While Churchman is the most common brand you’ll find associated with this set, Edwards Ringer and Bigg also distributed these cards in 1935 as did British American Tobacco (often acronymed as BAT) in 1930. They are all the same card just with a different back advertisement name.

By far and away, the most popular card in the set is the American Baseball card. While it doesn’t specifically name Babe Ruth, most collectors have accepted that it is his picture on the front and it trades/sells as a Ruth card for numerous reasons and it is clearly him depicted. The same image, for example, was used in his 1929 Shonen Club postcard, which does name Ruth.

1931 Jasmatzi Ramses/Josetti/Sulima Tobacco Film Stars

Ruth JosettiThis massive set includes three series of movie star cards.

While mostly a non-sports set, a card of Babe Ruth makes it an issue of interest for pre-war card collectors. On his card, Ruth is pictured with actor Harold Lloyd. The two appeared in a movie together called ‘Speedy.’

The set is also generally called the Josetti Tobacco Film Stars set. However, the same cards were also used for other tobacco manufacturers, Jasmatzi Ramses and Sulima. The cards have the same numbers across the three sets.

Like Ruth’s Bulgaria-Sport Photos card, this is one of his cheaper tobacco issues as it is a bit more common than some others. In addition, because Ruth is featured in plain clothes instead of a baseball uniform, it is not as desirable as many of his other cards.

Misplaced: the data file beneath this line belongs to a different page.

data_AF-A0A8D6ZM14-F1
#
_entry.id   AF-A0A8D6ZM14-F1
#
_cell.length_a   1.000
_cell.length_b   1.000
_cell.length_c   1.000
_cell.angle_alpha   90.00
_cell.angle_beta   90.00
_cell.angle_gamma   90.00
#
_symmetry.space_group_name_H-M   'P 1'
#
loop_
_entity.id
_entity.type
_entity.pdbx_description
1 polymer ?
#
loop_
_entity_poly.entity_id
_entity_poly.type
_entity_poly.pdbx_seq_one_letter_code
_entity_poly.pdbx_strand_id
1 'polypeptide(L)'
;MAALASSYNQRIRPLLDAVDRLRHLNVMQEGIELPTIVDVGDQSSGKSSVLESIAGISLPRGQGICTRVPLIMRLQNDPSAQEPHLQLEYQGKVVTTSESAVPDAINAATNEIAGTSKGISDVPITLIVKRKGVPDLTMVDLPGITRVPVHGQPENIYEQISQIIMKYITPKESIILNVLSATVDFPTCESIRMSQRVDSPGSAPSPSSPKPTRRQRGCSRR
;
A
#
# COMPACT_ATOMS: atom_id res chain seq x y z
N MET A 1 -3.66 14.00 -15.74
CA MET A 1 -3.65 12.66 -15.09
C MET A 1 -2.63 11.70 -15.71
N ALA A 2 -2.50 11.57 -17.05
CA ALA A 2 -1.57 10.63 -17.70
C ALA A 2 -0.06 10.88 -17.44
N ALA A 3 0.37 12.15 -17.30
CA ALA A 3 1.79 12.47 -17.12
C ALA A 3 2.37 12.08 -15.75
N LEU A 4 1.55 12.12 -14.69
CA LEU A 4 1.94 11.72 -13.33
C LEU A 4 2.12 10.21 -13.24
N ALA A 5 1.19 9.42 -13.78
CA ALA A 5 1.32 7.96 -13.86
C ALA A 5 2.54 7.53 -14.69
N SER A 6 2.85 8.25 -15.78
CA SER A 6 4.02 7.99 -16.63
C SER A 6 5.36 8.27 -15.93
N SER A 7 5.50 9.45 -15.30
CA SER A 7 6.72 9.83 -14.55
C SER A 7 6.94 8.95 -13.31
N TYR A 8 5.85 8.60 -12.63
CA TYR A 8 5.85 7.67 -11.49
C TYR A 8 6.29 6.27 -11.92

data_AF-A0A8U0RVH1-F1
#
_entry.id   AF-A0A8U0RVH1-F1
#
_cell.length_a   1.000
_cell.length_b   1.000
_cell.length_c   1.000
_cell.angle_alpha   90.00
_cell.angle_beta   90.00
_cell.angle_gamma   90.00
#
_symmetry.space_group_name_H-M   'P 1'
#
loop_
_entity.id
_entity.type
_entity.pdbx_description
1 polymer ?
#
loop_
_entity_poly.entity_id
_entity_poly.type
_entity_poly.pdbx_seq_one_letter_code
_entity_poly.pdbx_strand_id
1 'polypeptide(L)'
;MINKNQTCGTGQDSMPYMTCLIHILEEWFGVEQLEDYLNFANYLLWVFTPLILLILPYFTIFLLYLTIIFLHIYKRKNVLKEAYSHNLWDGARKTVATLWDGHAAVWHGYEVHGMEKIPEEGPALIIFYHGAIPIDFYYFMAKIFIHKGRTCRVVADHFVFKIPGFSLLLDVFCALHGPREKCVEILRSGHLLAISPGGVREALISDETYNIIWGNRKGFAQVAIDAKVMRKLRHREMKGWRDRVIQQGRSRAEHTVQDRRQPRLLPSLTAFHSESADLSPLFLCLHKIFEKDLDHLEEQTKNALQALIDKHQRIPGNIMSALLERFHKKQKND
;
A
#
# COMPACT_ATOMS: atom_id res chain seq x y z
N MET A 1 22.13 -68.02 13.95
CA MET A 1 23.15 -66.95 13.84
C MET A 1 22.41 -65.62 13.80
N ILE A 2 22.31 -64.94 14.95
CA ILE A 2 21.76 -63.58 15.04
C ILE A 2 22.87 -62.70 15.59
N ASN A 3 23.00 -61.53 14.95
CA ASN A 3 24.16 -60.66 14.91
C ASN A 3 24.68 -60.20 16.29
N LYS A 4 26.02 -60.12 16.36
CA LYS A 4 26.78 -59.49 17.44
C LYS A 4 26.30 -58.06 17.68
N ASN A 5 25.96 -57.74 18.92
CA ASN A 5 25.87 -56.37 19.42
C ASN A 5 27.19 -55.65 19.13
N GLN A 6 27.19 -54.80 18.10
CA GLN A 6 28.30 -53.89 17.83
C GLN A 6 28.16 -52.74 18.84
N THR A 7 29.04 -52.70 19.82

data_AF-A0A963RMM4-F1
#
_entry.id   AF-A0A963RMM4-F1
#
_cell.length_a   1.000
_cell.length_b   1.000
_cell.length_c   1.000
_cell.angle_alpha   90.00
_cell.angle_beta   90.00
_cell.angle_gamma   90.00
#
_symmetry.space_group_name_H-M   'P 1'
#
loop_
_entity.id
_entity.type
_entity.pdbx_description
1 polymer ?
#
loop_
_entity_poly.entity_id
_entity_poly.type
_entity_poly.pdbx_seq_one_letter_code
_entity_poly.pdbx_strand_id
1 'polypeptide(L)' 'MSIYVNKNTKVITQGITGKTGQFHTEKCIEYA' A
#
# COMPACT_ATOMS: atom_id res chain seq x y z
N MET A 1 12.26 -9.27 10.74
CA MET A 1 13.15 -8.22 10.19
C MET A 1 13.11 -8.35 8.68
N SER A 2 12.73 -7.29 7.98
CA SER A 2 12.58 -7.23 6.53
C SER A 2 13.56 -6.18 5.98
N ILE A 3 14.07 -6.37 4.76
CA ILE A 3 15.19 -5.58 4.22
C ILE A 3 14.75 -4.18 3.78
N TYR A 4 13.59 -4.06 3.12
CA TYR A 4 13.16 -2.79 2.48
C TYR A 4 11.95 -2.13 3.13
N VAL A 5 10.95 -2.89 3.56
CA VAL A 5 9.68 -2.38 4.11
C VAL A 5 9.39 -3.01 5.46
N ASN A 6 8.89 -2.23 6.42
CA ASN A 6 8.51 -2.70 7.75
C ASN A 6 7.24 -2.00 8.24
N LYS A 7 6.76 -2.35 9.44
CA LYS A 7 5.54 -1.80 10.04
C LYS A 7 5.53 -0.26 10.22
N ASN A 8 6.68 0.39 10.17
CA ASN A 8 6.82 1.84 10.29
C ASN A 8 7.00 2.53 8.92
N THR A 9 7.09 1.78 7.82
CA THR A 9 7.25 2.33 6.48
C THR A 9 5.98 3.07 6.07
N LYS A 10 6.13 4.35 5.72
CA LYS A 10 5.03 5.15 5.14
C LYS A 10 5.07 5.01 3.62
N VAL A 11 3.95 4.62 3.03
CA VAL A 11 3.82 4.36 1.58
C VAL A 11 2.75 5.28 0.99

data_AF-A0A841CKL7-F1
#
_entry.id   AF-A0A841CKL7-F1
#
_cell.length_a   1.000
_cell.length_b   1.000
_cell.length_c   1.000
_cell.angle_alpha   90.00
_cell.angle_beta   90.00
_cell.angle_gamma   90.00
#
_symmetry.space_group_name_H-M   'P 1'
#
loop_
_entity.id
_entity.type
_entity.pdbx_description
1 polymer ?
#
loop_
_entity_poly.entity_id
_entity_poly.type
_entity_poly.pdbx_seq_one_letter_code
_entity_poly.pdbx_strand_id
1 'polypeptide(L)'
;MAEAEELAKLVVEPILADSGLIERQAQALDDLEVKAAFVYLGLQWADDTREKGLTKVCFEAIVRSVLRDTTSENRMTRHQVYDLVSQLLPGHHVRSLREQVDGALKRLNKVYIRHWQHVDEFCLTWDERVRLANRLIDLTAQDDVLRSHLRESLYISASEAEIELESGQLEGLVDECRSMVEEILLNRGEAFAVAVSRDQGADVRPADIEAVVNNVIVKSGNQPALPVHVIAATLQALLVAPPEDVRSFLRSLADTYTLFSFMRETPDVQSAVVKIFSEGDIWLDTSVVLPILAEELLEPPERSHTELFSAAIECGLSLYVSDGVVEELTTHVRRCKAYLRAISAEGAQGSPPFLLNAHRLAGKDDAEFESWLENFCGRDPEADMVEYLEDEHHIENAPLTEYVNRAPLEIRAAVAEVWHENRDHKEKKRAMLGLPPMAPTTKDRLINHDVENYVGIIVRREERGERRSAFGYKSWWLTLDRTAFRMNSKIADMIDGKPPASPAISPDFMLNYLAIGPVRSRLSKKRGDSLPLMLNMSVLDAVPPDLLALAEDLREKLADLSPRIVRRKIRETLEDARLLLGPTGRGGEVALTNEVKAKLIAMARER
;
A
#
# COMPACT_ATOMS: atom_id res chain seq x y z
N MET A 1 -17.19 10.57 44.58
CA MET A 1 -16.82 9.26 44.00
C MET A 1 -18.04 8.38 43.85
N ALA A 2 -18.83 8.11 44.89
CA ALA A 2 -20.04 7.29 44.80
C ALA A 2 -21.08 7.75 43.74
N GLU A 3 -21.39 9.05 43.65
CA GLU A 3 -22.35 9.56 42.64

The image with Ruth and Lloyd was a popular one. It was also used in a set of postcards referred to as the Ross Verlag set.

Sociedade Industrial dos Tabacos de Angola Sets

Babe Ruth and Ty Cobb Sociedade Industrial AngolaRuth appeared in two of these sets, which were multi-sport issues.

The first was produced in 1928 and features black and white photos. Ruth is found several times in that set, pictured by himself as well as on cards with Lou Gehrig and Ty Cobb. Ruth is found on a total of five different cards in the set.

The second set is much rarer and not much is known about it. It is believed to have been produced at some point in the 1930s. That one features color pictures and looks much different from the first issue.

In that set, Ruth is pictured on a card, as is Hall of Famer Grover Alexander. The cards of Ruth and Alexander are both extremely odd looking.

1928 Tabacalera La Morena

Babe Ruth Tabacalera La Morena 1928The 1928 Tabacalera La Morena set is a Spanish issue featuring various athletes. Included are several baseball cards, including Babe Ruth and a card of both Ruth and teammate Lou Gehrig. Hall of Famers Ty Cobb, Christy Mathewson, and John McGraw are also in the release.

The set has the same checklist as the 1928 Sociedade Industrial dos Tabacos de Angola set mentioned above. The only difference between the two is that this set has color tints added while that one is purely black and white.

In addition to baseball, other athletes are featured, including tennis players such as Bill Tilden, Suzanne Lenglen, Helen Wills, and Rene Lacoste. Their cards are numbered 184 through 187.

As usual, while some of those cards are popular, Ruth’s is the key to the entire set.

1933 Worch Cigar

Babe Ruth 1933 Worch CigarThe 1933 Worch Cigar cards featured black and white pictures of baseball players and had blank backs. The cards were really photographs measuring approximately 3 1/2″ x 5 1/2″ in size. A thin white border is around the edges of the photos.

The Worch Cigar Company was based out of St. Paul, Minnesota. They also produced a set in 1932 but that one featured only minor leaguers. This one was a major league release and includes Ruth. The image used on Ruth’s photo was found on other issues, including his photo in the R316 Kashin set.

The photos were attributed to Wheaties for a long time. However, some were found with the actual envelope used by Worch Cigars, helping collectors to identify them.

The Worch Cigars photos are one of Ruth’s more expensive tobacco issues. Even lower mid-grade examples sell for thousands of dollars.